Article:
Large animals will commonly get abscesses under their skin after being poked by a piece of wire or a nail. Treat these as you would a normal abscess, with repeated flushings for three to five days and hot-packing. If antibiotics are available, they can be used to stave off any systemic infection.
If you keep leg traps on your property, there is always a chance that a cat or dog will get caught. A degloving injury occurs when the skin is stripped — or degloved — from a limb or part of the torso.
if the vital structures underneath the stripped skin are still functioning, the potential for complete healing exists. By pinching toes to check for pain sensation and stimulating bleeding to assess blood flow, one can check the viability of vessels and nerves before doing extensive treatment on a limb that might have to be amputated. Fortunately, hounds get around quite well on three legs.
In dogs and cats, open wounds heal faster using a bandage, changed daily, for ten to 14 days. Moisten the bandage before application so that its removal pulls off dead tissue. Pulling off the bandage also stimulates minor bleeding and attracts the growth factors that stimulate formation of a healthy bed of healing cells. Irrigate the wound with sterile fluid before applying a new bandage to keep infection under control. You should either feed or inject antibiotics, depending on the species and temperament of the patient (check with your doctor first).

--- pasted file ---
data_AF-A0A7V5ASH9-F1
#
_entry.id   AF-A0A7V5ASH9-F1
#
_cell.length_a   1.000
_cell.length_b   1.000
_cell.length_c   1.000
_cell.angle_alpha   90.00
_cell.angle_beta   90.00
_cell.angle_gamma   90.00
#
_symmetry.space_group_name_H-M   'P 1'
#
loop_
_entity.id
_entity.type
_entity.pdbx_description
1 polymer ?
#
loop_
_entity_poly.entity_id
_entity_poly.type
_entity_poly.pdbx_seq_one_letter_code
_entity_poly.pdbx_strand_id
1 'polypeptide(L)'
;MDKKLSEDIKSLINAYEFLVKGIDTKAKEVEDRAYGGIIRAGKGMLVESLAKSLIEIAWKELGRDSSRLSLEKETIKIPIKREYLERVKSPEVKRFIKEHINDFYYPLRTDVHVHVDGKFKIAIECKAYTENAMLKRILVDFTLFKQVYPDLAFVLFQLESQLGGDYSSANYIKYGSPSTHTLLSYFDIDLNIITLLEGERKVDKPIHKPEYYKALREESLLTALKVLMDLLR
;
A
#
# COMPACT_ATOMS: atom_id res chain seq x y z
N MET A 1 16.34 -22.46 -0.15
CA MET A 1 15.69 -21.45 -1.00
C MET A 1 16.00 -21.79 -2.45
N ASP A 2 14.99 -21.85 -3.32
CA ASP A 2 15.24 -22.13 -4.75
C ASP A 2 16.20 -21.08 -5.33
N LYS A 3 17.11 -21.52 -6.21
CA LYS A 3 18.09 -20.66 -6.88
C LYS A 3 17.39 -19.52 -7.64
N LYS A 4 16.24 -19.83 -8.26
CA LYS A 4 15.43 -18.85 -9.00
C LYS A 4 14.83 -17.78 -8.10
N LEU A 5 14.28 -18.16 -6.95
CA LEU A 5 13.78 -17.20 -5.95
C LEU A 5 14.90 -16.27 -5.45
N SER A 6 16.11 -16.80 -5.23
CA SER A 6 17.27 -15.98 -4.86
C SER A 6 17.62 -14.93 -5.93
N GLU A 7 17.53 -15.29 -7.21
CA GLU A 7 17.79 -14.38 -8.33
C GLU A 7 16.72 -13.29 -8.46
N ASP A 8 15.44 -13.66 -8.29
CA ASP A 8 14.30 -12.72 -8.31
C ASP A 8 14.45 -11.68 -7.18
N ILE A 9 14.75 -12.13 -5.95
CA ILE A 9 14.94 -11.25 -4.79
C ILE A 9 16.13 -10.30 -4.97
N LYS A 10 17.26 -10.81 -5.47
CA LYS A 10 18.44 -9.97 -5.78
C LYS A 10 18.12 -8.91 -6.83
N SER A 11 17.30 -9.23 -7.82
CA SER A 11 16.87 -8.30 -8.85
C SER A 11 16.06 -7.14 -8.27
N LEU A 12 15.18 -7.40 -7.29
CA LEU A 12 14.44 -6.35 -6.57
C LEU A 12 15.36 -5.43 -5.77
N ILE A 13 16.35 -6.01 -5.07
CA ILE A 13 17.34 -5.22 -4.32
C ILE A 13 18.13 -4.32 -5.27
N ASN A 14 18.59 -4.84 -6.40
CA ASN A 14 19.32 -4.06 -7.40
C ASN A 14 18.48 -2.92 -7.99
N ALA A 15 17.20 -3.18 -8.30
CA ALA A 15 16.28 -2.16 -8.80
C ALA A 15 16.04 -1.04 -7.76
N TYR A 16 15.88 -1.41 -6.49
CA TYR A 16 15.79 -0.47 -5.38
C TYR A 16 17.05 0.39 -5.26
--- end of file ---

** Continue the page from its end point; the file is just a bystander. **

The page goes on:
Teat lacerations in dairy cows can have serious consequences - namely the permanent loss of the udder for milking — if not treated promptly and correctly. Usually, an abnormal drainage route for milk (called a fistula) will form, and normal teat sphincter function will cease. Mastitis or inflammation of the udder will occur, leading to irreversible scarring.
Superficial cuts can be cleaned and treated with topical antibiotic ointments and a bandage. Deeper cuts must be carefully sutured back together, matching all three layers of the mammary tissue meticulously.